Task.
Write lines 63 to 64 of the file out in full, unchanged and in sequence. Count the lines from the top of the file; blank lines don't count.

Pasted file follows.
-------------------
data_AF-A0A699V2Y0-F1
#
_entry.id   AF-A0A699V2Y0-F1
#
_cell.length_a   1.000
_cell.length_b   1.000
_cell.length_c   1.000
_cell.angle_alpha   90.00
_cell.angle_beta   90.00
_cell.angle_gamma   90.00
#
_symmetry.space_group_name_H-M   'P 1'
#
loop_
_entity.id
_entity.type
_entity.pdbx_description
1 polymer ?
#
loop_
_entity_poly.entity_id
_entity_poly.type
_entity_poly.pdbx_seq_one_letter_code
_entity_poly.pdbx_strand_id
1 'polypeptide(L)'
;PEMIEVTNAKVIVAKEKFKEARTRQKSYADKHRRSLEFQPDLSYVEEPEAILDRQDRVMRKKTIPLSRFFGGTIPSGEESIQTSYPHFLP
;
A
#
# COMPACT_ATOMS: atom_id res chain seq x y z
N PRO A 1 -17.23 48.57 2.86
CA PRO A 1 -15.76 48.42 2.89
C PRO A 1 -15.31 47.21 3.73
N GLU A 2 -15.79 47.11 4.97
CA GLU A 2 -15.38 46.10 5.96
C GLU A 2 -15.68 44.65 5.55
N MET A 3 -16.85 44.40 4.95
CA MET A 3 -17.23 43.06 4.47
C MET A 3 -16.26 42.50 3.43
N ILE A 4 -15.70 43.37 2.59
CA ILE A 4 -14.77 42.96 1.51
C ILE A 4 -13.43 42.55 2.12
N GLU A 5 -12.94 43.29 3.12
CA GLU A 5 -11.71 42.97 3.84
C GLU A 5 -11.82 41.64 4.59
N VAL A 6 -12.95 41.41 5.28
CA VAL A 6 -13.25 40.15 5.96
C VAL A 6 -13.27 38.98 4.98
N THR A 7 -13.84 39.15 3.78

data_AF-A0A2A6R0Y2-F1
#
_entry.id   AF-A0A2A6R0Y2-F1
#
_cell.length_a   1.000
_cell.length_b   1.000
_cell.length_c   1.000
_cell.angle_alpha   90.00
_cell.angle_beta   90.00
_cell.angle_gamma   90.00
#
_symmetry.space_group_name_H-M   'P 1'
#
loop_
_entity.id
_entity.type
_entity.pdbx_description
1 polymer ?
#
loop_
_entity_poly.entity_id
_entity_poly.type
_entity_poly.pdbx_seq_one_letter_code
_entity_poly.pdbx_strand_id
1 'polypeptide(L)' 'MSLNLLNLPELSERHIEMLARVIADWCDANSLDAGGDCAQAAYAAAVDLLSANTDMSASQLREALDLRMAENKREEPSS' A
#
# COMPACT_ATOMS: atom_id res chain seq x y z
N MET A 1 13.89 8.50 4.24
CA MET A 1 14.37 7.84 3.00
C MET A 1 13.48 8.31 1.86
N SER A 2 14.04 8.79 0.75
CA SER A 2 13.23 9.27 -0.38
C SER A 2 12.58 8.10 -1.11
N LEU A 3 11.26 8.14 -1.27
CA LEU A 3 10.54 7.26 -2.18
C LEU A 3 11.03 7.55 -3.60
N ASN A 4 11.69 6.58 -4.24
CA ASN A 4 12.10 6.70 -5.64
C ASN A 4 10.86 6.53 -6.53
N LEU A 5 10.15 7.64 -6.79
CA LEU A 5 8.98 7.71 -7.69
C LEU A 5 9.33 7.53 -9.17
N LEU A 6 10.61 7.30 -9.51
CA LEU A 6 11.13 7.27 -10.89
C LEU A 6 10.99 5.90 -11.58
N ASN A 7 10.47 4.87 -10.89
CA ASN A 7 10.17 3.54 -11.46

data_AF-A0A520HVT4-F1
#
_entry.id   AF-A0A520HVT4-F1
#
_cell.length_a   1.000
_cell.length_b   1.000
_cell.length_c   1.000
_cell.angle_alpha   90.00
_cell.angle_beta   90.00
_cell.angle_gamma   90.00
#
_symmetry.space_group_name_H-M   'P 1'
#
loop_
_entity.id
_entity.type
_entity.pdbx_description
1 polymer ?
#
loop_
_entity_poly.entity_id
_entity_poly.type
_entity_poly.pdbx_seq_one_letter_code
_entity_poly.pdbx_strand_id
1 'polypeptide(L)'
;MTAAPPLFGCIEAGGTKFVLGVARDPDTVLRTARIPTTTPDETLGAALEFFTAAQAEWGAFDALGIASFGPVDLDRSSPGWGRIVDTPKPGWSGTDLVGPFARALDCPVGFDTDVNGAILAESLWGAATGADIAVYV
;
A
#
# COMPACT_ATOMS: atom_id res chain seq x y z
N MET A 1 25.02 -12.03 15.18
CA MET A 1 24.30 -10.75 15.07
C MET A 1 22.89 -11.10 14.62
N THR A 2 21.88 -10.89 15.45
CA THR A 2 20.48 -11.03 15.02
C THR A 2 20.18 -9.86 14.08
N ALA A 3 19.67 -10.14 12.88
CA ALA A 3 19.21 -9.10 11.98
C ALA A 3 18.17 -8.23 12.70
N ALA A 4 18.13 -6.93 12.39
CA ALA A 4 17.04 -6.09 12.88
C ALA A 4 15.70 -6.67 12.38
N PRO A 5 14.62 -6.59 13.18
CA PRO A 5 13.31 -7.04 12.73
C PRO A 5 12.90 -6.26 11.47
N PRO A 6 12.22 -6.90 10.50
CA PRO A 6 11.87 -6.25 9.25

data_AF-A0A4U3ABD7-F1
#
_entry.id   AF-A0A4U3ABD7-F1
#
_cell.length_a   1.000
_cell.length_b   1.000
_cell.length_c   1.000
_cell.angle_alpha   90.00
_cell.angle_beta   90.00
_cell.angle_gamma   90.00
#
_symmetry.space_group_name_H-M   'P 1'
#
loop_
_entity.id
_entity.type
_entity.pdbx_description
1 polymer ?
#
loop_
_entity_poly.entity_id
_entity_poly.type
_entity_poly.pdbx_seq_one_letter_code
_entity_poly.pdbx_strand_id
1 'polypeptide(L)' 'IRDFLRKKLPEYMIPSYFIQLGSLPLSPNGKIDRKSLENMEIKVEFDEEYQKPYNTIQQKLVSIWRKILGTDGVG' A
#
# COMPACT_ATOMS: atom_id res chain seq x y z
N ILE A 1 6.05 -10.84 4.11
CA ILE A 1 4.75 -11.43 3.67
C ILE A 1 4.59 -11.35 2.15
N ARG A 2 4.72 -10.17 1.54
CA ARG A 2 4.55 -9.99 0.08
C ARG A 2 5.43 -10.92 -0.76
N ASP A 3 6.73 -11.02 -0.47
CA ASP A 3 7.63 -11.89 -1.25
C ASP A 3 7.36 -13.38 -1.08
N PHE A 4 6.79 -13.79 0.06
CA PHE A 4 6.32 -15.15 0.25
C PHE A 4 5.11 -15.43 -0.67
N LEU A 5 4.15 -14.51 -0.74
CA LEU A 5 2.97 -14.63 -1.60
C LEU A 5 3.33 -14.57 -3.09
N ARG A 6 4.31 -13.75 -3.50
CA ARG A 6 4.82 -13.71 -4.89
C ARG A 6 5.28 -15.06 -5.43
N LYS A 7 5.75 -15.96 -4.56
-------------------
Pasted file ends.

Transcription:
loop_
_entity.id